And called for the establishment of specialized workshops organized by the Knowledge Exchange Program about cocepts such as Mercy, Justice, stressing the importance of the seminar as the beginning of a long and ongoing relationship between the program and the University of Wales and the Council of Muslims of Wales; to achieve common goals and promote dialogue and exchange of knowledge between Islam and the West.
    They stressed the need to build scientific content on religions, especially the ethical foundations agreed upon by humanity and not to offend the religious and historical symbols of religions and cultures, stressing the importance of the strong relationship between language and culture and the importance of teaching languages ​​to convey and promote knowledge exchange.
    The participants called for the continuation of the KEP programs in the follow-up of the series of seminars, suggesting that the next symposium be on “Human relations in religious texts”.
    Finally, they thanked the Ministry of Islamic Affairs for sponsoring the symposium, the Knowledge Exchange Program, the University of Wales and the Council of the Muslims of Wales for organizing them.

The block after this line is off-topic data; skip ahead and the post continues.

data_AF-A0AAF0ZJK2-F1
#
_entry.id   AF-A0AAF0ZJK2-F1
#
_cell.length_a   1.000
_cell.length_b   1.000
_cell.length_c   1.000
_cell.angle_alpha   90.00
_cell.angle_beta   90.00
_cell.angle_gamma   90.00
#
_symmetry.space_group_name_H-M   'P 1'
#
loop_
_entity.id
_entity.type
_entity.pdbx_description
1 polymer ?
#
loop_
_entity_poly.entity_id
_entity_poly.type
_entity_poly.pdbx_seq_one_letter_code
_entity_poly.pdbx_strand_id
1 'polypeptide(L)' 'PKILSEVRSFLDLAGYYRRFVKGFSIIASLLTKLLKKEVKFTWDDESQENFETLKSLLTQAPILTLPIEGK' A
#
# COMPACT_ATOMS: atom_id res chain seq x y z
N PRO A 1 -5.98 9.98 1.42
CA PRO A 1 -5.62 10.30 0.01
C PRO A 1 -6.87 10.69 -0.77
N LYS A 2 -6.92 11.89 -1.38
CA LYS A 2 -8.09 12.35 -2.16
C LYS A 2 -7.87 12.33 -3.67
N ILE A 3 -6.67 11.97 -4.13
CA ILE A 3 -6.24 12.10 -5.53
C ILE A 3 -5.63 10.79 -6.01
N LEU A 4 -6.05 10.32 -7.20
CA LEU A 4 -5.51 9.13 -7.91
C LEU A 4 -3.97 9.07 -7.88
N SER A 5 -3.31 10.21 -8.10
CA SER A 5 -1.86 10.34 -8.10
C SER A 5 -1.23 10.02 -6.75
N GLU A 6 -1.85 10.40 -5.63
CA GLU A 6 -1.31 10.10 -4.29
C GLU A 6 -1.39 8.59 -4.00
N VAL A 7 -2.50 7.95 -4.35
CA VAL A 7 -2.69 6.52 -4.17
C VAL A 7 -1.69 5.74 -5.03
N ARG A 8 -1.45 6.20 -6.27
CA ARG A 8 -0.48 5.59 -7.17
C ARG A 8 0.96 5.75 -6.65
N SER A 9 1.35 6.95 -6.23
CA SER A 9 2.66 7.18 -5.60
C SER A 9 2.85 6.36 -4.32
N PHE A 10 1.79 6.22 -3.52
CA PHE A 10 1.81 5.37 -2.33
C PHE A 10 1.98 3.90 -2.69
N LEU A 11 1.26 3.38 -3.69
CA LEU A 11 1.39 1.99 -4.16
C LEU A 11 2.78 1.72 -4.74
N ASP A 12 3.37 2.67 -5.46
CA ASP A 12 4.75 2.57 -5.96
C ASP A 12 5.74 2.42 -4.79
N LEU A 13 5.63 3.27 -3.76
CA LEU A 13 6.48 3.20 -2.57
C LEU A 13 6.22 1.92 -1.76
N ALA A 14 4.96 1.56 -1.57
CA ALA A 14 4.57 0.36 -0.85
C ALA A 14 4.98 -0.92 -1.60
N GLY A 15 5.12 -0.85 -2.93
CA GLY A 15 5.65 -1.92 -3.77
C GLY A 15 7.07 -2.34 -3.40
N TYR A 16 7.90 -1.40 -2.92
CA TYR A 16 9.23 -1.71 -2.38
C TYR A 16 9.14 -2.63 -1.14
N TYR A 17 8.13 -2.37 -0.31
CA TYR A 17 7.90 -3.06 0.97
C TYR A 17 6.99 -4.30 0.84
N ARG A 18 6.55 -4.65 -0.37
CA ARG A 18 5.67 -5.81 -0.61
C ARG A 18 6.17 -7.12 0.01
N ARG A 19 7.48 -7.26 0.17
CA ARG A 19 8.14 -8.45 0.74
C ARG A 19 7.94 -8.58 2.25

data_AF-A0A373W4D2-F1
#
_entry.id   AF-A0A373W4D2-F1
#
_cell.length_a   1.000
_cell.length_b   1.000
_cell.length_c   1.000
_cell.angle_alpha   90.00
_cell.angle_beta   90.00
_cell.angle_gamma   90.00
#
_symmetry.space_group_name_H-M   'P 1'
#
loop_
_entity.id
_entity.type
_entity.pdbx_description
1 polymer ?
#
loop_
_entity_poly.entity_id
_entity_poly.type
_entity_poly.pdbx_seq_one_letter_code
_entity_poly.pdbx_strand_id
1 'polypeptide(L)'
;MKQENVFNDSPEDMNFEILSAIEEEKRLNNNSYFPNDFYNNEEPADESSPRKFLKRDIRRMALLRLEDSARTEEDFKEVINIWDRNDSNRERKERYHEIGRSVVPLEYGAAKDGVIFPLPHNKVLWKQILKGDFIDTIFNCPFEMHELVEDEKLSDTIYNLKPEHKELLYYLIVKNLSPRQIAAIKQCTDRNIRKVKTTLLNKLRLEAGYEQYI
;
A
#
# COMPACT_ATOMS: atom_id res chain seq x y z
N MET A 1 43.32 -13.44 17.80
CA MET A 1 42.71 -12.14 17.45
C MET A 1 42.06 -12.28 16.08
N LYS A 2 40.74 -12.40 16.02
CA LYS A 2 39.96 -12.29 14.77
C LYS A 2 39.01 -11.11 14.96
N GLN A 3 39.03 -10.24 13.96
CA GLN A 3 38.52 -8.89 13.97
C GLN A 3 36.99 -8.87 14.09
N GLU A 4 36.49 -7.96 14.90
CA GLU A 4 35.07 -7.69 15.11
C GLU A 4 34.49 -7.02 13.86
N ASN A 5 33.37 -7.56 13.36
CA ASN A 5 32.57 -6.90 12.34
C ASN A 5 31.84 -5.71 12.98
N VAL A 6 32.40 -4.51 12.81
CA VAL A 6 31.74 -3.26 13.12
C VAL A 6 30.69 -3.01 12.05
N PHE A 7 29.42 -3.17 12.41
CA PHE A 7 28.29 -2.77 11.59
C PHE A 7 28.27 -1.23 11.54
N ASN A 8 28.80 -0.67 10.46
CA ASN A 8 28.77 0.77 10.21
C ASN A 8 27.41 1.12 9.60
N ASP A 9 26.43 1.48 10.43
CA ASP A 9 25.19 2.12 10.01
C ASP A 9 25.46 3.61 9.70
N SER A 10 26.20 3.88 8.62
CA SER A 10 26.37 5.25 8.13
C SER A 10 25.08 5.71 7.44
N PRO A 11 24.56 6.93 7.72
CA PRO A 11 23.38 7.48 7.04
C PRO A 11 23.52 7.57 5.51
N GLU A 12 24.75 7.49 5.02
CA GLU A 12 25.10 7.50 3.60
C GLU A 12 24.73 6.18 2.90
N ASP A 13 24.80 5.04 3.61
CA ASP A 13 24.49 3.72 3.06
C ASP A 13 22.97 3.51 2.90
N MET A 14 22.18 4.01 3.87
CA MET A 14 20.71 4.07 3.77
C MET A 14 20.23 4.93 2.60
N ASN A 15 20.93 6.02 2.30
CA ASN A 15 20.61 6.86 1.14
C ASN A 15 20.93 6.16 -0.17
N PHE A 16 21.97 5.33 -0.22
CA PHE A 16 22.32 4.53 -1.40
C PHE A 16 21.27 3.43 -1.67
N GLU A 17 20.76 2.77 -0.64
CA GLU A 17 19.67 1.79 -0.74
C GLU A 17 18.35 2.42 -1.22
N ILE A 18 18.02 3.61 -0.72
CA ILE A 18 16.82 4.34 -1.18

At the end of the closing ceremony of the symposium, souvenirs were exchanged on this occasion.

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  • 12/13/2017

    The Minister Advisor and General Supervisor of the Knowledge Exchange Program at the Ministry of Islamic Affairs, Dr. Abdullah bin Fahd Al-Lheedan signed a memorandum of cooperation in the fields of translation, printing and publishing studies between the Knowledge Exchange Program and the vice chancellor of the University of Wales, UK.
    The Memorandum of Understanding included the University of Wales’ cooperation in the field of translation and publications in books in Islamic studies as defined by the Knowledge Exchange Program of the Ministry of Islamic Affairs.
    The agreement also includes the establishment of joint activities such as seminars, study days and workshops serving the objectives of parties in S. Arabia, U.k or any other country agreed upon.

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  • 12/13/2017